Table: Best-Practices Framework
The National Center for Educational Accountability structures interviews with district administrators, principals, and teachers around a common framework.
|EVIDENCE OF STUDENT LEARNING|
ation, analysis, and
Local influences, relation-
ships, and commun-
and teaching and learning
|Ensure teaching content is based on specified academic
level or subject
teams focused on student
based programs, practices,
|Monitor student learning||Re-
vene, or adjust based on student perfor-
|School||Center school plan on explicit improve-
of specified academic objec-
based programs, practices, and arrange-
ments in every classroom
|Monitor teacher perfor-
mance and student learning
vene, or adjust based on teacher perfor-
|Define clear and specific academic objec-
tives by grade
|Provide strong leaders, highly qualified teachers, and aligned
ment and data-
to monitor school perfor-
vene, or adjust based on school perfor-
|District's clear and specific academic objectives|
|SOURCE: National Center for Educational Accountability|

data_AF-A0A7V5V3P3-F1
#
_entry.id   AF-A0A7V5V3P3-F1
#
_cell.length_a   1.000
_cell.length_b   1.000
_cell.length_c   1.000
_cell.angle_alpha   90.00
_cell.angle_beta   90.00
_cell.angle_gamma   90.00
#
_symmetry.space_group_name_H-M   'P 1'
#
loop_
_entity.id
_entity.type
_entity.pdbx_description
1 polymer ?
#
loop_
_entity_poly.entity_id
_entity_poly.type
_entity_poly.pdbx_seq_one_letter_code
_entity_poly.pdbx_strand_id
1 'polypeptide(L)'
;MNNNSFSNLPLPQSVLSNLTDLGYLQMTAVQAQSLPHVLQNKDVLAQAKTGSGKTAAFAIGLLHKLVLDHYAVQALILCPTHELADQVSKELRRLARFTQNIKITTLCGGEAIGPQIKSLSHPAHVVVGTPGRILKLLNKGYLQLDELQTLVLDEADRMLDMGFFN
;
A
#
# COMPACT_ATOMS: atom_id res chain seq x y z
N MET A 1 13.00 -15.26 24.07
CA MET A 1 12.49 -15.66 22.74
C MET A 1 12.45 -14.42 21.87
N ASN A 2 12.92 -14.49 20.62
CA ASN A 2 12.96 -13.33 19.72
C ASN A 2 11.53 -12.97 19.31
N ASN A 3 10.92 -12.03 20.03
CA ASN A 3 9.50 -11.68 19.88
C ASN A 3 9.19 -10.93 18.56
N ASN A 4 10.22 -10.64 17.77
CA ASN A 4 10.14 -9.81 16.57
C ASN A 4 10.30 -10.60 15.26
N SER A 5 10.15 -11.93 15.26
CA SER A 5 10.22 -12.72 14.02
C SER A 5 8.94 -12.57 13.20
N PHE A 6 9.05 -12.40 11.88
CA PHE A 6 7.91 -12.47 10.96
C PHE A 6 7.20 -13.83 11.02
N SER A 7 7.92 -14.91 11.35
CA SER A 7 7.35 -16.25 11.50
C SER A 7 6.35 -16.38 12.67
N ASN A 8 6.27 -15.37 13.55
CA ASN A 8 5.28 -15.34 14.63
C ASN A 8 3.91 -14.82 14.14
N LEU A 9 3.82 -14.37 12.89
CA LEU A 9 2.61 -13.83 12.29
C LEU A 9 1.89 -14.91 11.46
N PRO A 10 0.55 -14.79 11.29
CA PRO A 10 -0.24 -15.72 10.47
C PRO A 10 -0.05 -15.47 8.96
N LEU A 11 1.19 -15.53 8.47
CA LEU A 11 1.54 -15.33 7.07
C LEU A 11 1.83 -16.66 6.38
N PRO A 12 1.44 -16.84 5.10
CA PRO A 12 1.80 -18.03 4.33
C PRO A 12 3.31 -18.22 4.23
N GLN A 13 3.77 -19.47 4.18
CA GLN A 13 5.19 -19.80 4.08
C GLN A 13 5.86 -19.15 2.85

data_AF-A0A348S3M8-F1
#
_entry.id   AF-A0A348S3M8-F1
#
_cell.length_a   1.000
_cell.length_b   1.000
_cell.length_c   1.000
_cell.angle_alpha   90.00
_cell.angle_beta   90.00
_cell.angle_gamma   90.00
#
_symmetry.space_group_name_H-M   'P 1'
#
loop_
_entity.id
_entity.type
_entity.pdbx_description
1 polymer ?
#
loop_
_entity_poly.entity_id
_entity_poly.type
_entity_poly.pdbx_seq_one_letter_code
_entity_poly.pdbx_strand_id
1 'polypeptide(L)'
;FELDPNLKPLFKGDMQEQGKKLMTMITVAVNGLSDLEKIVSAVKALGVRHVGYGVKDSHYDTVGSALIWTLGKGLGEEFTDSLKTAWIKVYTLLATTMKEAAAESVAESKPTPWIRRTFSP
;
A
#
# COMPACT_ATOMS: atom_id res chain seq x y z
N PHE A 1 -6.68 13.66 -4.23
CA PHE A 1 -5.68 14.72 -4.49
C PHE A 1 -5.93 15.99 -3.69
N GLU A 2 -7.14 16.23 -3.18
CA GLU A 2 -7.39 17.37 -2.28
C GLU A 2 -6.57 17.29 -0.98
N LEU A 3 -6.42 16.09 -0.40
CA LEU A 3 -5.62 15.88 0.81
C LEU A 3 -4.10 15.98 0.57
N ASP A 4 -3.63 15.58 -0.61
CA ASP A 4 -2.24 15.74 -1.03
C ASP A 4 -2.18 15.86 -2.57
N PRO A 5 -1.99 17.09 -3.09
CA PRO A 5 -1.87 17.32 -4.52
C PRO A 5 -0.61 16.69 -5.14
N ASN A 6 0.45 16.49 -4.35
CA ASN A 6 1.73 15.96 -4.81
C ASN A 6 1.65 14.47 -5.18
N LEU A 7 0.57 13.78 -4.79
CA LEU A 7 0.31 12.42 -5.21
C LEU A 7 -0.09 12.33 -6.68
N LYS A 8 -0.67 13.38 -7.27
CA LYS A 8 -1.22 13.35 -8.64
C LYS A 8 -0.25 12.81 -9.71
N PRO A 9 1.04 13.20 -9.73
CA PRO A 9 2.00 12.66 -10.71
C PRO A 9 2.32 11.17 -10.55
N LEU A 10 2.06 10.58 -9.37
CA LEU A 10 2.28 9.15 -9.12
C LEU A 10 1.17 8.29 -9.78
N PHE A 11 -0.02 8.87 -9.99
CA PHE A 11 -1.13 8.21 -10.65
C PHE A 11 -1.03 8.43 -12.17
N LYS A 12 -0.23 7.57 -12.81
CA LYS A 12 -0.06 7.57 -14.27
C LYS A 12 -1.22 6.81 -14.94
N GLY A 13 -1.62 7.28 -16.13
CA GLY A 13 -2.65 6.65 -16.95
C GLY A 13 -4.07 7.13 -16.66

Guaging High Performers
The National Center for Educational Accountability identifies high performers based on state test results over the latest three years and in multiple grades and subjects. The center uses a regression analysis to compare the performance of each school in a state with the average performance of schools with similar demographics in each grade and subject. Only those whose distance from the average consistently ranks them in the top tier—across multiple grades, subjects, and years—among schools with similar percentages of low-income students are identified for the best-practices research.
Starting in 2003-04, the center also required that such schools make adequate yearly progress under the federal No Child Left Behind Act.
The NCEA and its affiliates also investigate a comparison group of average performers in participating states to see how they differ.
Vol. 24, Issue 34, Page 25Published in Print: May 4, 2005, as Best-Practices Framework